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Detonate Your Own Nuke

Dec 06, 13 Detonate Your Own Nuke

I have always been fascinated and absolutely terrified by nuclear weapons. It quite often occurs to me how strange it is that any of us can just carry on as normal, laughing, drinking and being merry, knowing that these things exist. God knows how people managed in the Cold War.

My fear and fascination started, I think, when I watched the 1984 British movie Threads about a fictional (as I’m sure you know, you would have heard) nuclear attack by the Russians on the UK city of Sheffield as part of a worldwide nuclear conflict. The worst-case scenario, basically. Perhaps even worse than the utter horror of the initial blast, the film goes on to demonstrate the longer term effects, where ten years later the UK, and presumably the rest of the world, is at pre-medieval population levels; a population living a pre-medieval existence trying to coax crops from the devastated land.

So, when I came across a site called nuclearsecrecy.com and their ‘nuke map,’ where you can choose any city and see the effects of a nuclear bomb on it, having selected options such as casualty numbers and size of bomb, I naturally had a play around with it. Facing my fears? Boyish belligerence? I’m not sure why you would want to pretend to detonate bombs over maps on the Internet, but the site says the purpose is to be ‘evocative,’ to remind us to be diligent. That was the purpose of Threads, too; it wasn’t for gratuitous entertainment and the cheap thrill of horrors. I admit there might be a touch of cheap thrill in there too, though.

The site has New York City as its default setting, so I went with that, naturally choosing the biggest bomb ever made: a 100 megaton “Tsar Bomba” designed by the Russians (5000 times more powerful than those used by the US in Japan at the end of World War Two). The initial blast, if detonated in the air rather than on the ground (another option you can select), would extend half way to Philadelphia. The fallout zone would extend way past Nova Scotia, almost to Newfoundland. Okay, I am aware some people might have thought that nuclear weapons were actually more powerful than that, given the way they are talked about. That I might have been writing ‘the initial blast radius extended to Sweden and the fallout would go as far as New Zealand’ – but this is only one bomb we’re talking about!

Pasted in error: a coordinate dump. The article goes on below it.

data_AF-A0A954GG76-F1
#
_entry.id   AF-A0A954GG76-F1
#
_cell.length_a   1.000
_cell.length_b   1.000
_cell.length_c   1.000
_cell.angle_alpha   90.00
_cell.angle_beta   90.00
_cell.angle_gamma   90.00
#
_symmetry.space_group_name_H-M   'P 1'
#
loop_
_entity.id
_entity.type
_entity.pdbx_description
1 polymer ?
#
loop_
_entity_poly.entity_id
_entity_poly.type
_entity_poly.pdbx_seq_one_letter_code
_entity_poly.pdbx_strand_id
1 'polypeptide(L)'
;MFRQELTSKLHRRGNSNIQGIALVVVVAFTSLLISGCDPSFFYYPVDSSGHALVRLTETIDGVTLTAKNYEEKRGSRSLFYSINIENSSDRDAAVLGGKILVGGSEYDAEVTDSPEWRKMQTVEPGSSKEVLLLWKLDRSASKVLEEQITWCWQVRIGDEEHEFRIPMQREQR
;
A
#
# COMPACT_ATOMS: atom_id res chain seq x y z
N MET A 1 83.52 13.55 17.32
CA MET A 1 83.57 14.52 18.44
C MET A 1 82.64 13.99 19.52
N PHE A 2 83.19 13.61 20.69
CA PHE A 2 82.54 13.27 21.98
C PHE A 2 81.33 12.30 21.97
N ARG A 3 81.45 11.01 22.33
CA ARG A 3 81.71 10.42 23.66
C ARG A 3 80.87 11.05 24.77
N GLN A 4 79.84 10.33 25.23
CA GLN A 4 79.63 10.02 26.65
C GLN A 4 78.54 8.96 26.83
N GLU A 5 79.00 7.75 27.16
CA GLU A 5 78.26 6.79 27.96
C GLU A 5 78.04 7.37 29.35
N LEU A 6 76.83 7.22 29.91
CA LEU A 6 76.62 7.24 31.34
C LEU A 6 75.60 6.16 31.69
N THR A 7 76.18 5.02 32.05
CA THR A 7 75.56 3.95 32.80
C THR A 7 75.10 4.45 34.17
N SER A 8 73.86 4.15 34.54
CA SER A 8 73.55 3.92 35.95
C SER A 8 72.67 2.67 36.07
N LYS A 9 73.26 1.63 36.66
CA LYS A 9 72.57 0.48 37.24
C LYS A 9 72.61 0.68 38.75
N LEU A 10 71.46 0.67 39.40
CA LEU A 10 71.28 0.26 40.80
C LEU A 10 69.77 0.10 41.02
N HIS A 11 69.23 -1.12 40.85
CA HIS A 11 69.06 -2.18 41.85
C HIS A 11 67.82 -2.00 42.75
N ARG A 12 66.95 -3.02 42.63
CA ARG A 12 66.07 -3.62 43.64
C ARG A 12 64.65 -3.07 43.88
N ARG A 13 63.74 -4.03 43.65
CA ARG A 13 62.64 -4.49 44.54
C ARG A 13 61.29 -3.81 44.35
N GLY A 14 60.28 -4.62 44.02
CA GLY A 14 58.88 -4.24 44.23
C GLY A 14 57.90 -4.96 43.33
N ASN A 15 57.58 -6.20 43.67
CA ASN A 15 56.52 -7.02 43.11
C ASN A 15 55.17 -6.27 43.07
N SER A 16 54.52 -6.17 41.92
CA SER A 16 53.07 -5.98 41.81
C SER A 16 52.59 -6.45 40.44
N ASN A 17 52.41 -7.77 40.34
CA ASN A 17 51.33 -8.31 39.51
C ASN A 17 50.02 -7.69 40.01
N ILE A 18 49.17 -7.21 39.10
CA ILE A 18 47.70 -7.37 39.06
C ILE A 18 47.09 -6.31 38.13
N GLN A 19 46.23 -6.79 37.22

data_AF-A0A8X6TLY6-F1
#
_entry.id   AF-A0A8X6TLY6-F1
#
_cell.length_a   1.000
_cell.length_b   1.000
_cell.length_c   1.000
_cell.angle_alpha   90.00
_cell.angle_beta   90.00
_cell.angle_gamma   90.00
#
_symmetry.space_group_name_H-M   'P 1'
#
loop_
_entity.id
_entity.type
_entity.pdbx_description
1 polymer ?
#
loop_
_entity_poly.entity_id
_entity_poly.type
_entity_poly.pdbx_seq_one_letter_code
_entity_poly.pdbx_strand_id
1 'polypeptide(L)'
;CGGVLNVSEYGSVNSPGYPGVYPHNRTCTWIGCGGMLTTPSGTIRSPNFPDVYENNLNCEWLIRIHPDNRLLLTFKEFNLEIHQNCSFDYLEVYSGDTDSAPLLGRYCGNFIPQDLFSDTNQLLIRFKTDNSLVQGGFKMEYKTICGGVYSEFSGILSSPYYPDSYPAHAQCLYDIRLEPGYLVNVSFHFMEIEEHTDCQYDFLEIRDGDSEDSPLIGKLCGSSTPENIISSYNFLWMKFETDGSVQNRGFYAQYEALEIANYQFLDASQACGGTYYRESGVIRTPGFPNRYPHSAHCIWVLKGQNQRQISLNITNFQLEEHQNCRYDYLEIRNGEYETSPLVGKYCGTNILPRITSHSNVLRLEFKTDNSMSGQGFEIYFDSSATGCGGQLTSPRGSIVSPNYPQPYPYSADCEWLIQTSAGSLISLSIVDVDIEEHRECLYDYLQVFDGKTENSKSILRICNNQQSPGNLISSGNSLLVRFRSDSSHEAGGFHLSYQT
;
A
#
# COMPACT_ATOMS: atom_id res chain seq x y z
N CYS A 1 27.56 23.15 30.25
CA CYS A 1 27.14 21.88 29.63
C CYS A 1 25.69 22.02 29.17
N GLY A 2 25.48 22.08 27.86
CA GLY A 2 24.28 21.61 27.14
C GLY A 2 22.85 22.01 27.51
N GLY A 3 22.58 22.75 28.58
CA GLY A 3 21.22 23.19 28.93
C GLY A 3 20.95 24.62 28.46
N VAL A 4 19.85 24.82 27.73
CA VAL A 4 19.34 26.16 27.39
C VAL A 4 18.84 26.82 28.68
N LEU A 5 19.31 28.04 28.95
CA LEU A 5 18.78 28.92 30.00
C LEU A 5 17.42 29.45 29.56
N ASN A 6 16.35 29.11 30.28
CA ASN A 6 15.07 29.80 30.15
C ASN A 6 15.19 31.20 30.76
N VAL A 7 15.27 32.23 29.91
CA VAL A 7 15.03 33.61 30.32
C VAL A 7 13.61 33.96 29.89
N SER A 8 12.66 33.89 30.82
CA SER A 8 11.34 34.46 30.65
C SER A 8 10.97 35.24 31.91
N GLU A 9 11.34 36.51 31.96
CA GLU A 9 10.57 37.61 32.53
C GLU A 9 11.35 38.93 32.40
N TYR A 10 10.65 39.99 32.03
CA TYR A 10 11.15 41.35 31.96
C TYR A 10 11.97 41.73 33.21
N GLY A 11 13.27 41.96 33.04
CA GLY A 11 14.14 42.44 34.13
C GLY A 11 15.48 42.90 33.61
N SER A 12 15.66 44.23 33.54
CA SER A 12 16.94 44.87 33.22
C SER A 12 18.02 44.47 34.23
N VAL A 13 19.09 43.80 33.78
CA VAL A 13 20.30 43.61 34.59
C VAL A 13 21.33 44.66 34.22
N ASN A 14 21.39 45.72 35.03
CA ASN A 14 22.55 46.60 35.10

The initial deaths for the New York bomb would be more than 7 million. The site doesn’t calculate longer-term deaths from fallout, but as an expert in the field, I can inform you that the numbers would be ‘absolutely shitting massive.’

Given the recent story about how a plane carrying a hydrogen bomb started to break up over North Carolina in 1961, leaving the residents below inches from total disaster (it was apparently just a case of the wrong wires not quite touching, through sheer luck), and the tales of various presidents such as Clinton and Carter losing detonation codes, I reiterate my point that it is a wonder any of us sleep at night.

But at the time of this festive season, let’s look at potential annihilation as a reason to enjoy ourselves while we can, and share good times with those we love. Or, depending on your outlook, be happy for a potential excuse for not having to visit the in-laws this Christmas.

Image Credit: Thinkstock

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About 

John is a freelance writer from the UK, currently living in Japan and thoroughly enjoying their food and whiskey. His first novel, Three Little Boys, is currently available on Amazon.com.
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